CFTC to Adopt Client-Funds Rule

Futures brokers say the rule would tie up capital and lead to higher costs for customers.

The top U.S. derivatives regulator will vote today to adopt rules to improve protections for customer funds two years after MF Global Holdings Inc. collapsed amid claims the brokerage illegally financed investments by borrowing from client accounts.

The Commodity Futures Trading Commission (CFTC) was criticized for poor oversight of MF Global and Peregrine Financial Group Inc., whose founder last year admitted stealing more than $100 million from customers. Regulatory exams over the years failed to detect the embezzlement at Peregrine, which happened over almost 20 years.

The CFTC’s rule, proposed in October 2012, would give regulators electronic oversight of futures brokers’ bank accounts to more closely monitor customer funds. It also would require heightened disclosure of how client collateral is held and tougher auditing standards.

“We put a lot of effort into changing our examination approach,” Gary Barnett, the CFTC’s director of swap dealer and intermediary oversight, said Oct. 28 at a conference in New York sponsored by the Securities Industry and Financial Markets Association. “The meeting will hopefully bring closure to our efforts to update and enhance our customer-protection rules for” commodities brokers.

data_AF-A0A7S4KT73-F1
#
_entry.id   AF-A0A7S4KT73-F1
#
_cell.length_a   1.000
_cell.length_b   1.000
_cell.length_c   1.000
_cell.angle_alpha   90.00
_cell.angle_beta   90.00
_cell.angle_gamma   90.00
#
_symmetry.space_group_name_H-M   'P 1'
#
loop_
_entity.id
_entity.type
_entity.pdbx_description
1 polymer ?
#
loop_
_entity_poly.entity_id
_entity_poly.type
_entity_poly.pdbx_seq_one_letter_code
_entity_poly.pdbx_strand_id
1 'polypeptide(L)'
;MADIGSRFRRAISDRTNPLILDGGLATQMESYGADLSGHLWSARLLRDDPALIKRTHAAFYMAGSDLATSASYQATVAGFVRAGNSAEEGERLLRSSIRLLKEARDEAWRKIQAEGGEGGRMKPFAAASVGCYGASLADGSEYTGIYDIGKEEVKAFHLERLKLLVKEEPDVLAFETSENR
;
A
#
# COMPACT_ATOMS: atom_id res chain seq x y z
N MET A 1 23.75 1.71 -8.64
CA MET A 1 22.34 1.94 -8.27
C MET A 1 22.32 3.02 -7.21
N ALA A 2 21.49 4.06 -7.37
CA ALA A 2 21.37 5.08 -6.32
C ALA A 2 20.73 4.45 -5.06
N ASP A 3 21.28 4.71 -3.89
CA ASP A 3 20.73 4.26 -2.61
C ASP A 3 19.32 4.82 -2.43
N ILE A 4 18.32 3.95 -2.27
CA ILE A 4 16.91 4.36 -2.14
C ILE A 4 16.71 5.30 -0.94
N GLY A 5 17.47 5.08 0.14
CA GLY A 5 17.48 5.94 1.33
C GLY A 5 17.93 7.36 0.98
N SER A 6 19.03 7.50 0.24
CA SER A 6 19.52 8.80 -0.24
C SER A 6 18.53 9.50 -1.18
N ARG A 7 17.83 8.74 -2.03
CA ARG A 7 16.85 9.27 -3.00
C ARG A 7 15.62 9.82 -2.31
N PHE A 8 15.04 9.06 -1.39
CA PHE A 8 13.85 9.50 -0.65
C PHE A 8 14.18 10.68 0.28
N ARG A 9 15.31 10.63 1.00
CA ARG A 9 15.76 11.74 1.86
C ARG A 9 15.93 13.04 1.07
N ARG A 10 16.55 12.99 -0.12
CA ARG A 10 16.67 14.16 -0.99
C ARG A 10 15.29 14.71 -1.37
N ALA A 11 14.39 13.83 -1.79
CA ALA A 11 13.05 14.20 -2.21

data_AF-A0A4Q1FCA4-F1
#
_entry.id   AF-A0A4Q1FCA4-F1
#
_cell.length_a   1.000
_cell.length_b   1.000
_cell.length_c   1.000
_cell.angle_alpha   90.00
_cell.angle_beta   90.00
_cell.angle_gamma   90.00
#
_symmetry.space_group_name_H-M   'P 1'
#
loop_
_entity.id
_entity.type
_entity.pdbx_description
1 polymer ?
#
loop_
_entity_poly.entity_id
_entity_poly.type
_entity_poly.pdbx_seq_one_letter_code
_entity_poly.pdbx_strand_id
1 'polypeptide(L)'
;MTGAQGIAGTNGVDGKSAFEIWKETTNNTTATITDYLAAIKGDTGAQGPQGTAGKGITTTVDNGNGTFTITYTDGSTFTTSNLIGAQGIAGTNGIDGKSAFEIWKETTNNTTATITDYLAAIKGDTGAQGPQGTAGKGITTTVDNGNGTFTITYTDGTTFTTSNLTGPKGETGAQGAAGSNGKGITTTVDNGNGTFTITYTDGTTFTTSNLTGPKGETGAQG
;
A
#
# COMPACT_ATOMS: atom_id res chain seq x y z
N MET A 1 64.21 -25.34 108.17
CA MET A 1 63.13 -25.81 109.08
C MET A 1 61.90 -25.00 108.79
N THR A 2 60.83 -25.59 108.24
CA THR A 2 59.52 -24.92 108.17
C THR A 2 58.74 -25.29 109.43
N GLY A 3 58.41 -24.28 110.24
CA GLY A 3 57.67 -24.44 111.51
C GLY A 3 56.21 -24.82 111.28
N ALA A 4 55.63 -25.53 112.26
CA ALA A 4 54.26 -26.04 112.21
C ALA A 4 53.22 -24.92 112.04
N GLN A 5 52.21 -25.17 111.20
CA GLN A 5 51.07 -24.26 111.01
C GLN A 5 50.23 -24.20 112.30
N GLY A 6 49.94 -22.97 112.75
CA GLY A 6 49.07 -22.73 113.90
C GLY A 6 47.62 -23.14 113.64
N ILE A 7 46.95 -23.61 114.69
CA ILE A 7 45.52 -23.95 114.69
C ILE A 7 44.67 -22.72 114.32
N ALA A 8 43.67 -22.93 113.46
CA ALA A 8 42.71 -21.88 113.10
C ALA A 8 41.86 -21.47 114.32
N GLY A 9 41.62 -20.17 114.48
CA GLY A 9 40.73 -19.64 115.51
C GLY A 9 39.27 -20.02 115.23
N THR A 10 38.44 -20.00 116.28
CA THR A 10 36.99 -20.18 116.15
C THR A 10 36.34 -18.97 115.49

Futures brokers have objected to a measure in the CFTC’s proposal requiring them to set aside additional funds to cover customers’ collateral deficits. The CFTC said the change is meant to prevent brokerages from using end-of-day balancing to “obscure a shortfall.”

Brokerages say the change would tie up additional capital and would probably lead to higher costs for clients. Some say it would be especially detrimental to small and mid-sized brokers that serve farmers and ranchers.

MF Global, which filed the eighth-largest U.S. bankruptcy in October 2011, is returning money to customers who faced a $1.6 billion shortfall as part of the firm’s liquidation. Wrong-way $6.3 billion trades on bonds of some of Europe’s most-indebted nations helped destroy the firm and its brokerage unit.

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